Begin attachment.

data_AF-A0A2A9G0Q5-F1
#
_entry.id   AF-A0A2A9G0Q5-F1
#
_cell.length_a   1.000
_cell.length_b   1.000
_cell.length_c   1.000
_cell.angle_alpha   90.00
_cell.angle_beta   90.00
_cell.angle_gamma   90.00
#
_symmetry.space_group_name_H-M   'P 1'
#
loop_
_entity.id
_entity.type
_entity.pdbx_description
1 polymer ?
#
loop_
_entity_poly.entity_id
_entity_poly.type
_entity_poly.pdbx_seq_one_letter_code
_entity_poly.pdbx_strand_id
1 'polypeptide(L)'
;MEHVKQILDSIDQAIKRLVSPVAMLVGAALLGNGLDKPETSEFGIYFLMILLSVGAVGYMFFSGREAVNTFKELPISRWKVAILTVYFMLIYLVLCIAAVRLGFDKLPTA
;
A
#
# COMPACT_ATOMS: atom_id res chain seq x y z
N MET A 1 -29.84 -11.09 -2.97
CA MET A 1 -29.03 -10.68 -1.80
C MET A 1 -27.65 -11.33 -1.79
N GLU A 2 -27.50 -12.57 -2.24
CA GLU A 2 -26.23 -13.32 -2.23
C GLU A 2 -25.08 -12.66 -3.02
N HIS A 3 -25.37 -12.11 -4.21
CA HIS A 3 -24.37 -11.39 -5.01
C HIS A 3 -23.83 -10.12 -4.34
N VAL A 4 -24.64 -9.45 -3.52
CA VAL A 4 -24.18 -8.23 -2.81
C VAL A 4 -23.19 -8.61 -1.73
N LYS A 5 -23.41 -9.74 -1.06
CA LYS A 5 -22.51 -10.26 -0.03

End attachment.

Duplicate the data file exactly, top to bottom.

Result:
data_AF-A0A2A9G0Q5-F1
#
_entry.id   AF-A0A2A9G0Q5-F1
#
_cell.length_a   1.000
_cell.length_b   1.000
_cell.length_c   1.000
_cell.angle_alpha   90.00
_cell.angle_beta   90.00
_cell.angle_gamma   90.00
#
_symmetry.space_group_name_H-M   'P 1'
#
loop_
_entity.id
_entity.type
_entity.pdbx_description
1 polymer ?
#
loop_
_entity_poly.entity_id
_entity_poly.type
_entity_poly.pdbx_seq_one_letter_code
_entity_poly.pdbx_strand_id
1 'polypeptide(L)'
;MEHVKQILDSIDQAIKRLVSPVAMLVGAALLGNGLDKPETSEFGIYFLMILLSVGAVGYMFFSGREAVNTFKELPISRWKVAILTVYFMLIYLVLCIAAVRLGFDKLPTA
;
A
#
# COMPACT_ATOMS: atom_id res chain seq x y z
N MET A 1 -29.84 -11.09 -2.97
CA MET A 1 -29.03 -10.68 -1.80
C MET A 1 -27.65 -11.33 -1.79
N GLU A 2 -27.50 -12.57 -2.24
CA GLU A 2 -26.23 -13.32 -2.23
C GLU A 2 -25.08 -12.66 -3.02
N HIS A 3 -25.37 -12.11 -4.21
CA HIS A 3 -24.37 -11.39 -5.01
C HIS A 3 -23.83 -10.12 -4.34
N VAL A 4 -24.64 -9.45 -3.52
CA VAL A 4 -24.18 -8.23 -2.81
C VAL A 4 -23.19 -8.61 -1.73
N LYS A 5 -23.41 -9.74 -1.06
CA LYS A 5 -22.51 -10.26 -0.03